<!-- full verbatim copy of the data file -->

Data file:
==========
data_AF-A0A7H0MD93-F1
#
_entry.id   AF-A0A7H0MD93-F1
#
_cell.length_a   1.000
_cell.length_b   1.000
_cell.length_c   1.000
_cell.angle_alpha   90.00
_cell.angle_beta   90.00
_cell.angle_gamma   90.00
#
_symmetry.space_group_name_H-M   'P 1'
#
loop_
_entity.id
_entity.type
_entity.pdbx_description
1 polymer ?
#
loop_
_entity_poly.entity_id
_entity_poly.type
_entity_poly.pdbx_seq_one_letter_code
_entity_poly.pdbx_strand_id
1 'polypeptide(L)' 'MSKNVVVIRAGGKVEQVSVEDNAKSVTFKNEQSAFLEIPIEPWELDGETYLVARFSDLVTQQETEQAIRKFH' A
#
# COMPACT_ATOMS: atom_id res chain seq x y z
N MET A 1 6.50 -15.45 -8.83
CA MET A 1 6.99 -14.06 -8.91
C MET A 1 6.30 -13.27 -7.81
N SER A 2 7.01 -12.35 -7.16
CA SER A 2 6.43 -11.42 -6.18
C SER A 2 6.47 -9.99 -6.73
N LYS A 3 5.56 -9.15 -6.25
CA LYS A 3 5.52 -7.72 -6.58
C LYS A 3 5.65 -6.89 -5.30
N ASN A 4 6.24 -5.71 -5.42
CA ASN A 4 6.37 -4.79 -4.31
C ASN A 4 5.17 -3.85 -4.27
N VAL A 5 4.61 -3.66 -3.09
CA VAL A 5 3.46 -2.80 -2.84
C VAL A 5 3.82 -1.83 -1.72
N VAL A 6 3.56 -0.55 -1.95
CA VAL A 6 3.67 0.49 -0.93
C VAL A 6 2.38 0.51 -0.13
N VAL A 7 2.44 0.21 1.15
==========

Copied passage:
data_AF-A0A7H0MD93-F1
#
_entry.id   AF-A0A7H0MD93-F1
#
_cell.length_a   1.000
_cell.length_b   1.000
_cell.length_c   1.000
_cell.angle_alpha   90.00
_cell.angle_beta   90.00
_cell.angle_gamma   90.00
#
_symmetry.space_group_name_H-M   'P 1'
#
loop_
_entity.id
_entity.type
_entity.pdbx_description
1 polymer ?
#
loop_
_entity_poly.entity_id
_entity_poly.type
_entity_poly.pdbx_seq_one_letter_code
_entity_poly.pdbx_strand_id
1 'polypeptide(L)' 'MSKNVVVIRAGGKVEQVSVEDNAKSVTFKNEQSAFLEIPIEPWELDGETYLVARFSDLVTQQETEQAIRKFH' A
#
# COMPACT_ATOMS: atom_id res chain seq x y z
N MET A 1 6.50 -15.45 -8.83
CA MET A 1 6.99 -14.06 -8.91
C MET A 1 6.30 -13.27 -7.81
N SER A 2 7.01 -12.35 -7.16
CA SER A 2 6.43 -11.42 -6.18
C SER A 2 6.47 -9.99 -6.73
N LYS A 3 5.56 -9.15 -6.25
CA LYS A 3 5.52 -7.72 -6.58
C LYS A 3 5.65 -6.89 -5.30
N ASN A 4 6.24 -5.71 -5.42
CA ASN A 4 6.37 -4.79 -4.31
C ASN A 4 5.17 -3.85 -4.27
N VAL A 5 4.61 -3.66 -3.09
CA VAL A 5 3.46 -2.80 -2.84
C VAL A 5 3.82 -1.83 -1.72
N VAL A 6 3.56 -0.55 -1.95
CA VAL A 6 3.67 0.49 -0.93
C VAL A 6 2.38 0.51 -0.13
N VAL A 7 2.44 0.21 1.15